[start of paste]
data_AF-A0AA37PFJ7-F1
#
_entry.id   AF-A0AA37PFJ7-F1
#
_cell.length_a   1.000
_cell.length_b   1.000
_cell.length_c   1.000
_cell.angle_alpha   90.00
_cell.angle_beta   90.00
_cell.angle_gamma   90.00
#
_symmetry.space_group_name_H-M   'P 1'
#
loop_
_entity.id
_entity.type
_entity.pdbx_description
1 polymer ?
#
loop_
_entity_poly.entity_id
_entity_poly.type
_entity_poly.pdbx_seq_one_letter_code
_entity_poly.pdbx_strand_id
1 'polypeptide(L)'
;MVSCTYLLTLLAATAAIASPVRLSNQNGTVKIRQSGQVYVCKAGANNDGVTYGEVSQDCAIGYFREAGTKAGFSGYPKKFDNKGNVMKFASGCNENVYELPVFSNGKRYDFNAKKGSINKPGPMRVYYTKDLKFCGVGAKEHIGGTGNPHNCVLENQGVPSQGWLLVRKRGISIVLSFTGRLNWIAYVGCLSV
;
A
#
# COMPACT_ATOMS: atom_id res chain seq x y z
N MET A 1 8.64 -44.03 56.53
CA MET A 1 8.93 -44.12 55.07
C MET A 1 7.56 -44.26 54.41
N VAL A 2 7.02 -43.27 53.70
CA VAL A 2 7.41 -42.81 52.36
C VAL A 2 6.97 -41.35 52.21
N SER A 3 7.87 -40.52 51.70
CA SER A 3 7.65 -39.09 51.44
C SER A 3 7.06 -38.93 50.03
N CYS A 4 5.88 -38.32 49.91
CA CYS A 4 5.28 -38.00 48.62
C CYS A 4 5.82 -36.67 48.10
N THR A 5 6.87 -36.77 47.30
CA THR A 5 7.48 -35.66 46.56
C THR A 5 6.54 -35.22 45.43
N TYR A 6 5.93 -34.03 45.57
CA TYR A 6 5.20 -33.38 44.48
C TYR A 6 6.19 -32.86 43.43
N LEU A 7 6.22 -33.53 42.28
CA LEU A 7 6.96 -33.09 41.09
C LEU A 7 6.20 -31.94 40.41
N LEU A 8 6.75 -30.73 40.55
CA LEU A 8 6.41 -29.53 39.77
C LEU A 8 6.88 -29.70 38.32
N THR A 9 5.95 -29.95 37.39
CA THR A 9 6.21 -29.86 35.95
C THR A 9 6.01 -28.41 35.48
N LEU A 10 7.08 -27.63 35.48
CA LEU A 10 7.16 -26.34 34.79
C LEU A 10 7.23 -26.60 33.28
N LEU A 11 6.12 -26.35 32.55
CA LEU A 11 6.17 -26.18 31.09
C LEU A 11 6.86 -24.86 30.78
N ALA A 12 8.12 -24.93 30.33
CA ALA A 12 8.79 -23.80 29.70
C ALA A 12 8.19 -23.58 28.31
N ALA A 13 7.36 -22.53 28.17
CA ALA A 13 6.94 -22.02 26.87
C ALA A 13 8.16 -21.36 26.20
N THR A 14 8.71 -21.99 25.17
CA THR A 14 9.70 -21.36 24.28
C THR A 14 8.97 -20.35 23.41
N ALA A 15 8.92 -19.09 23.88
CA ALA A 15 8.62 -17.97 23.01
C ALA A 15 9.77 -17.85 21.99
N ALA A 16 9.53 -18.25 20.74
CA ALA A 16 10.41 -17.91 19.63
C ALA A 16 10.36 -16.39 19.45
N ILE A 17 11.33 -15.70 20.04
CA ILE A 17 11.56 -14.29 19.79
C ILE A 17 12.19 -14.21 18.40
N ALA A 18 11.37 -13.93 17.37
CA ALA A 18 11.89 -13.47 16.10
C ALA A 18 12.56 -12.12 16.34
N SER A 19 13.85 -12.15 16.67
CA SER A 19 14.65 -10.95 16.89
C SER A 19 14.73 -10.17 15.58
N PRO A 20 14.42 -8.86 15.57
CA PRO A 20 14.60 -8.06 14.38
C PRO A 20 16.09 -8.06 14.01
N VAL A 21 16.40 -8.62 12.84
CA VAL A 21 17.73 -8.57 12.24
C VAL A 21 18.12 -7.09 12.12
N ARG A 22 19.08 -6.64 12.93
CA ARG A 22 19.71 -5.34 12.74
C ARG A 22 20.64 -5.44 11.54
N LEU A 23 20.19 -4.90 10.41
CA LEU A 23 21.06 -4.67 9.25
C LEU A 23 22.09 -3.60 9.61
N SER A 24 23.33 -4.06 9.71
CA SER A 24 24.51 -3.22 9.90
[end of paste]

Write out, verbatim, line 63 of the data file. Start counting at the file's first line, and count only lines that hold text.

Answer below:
C LEU A 11 6.86 -24.86 30.78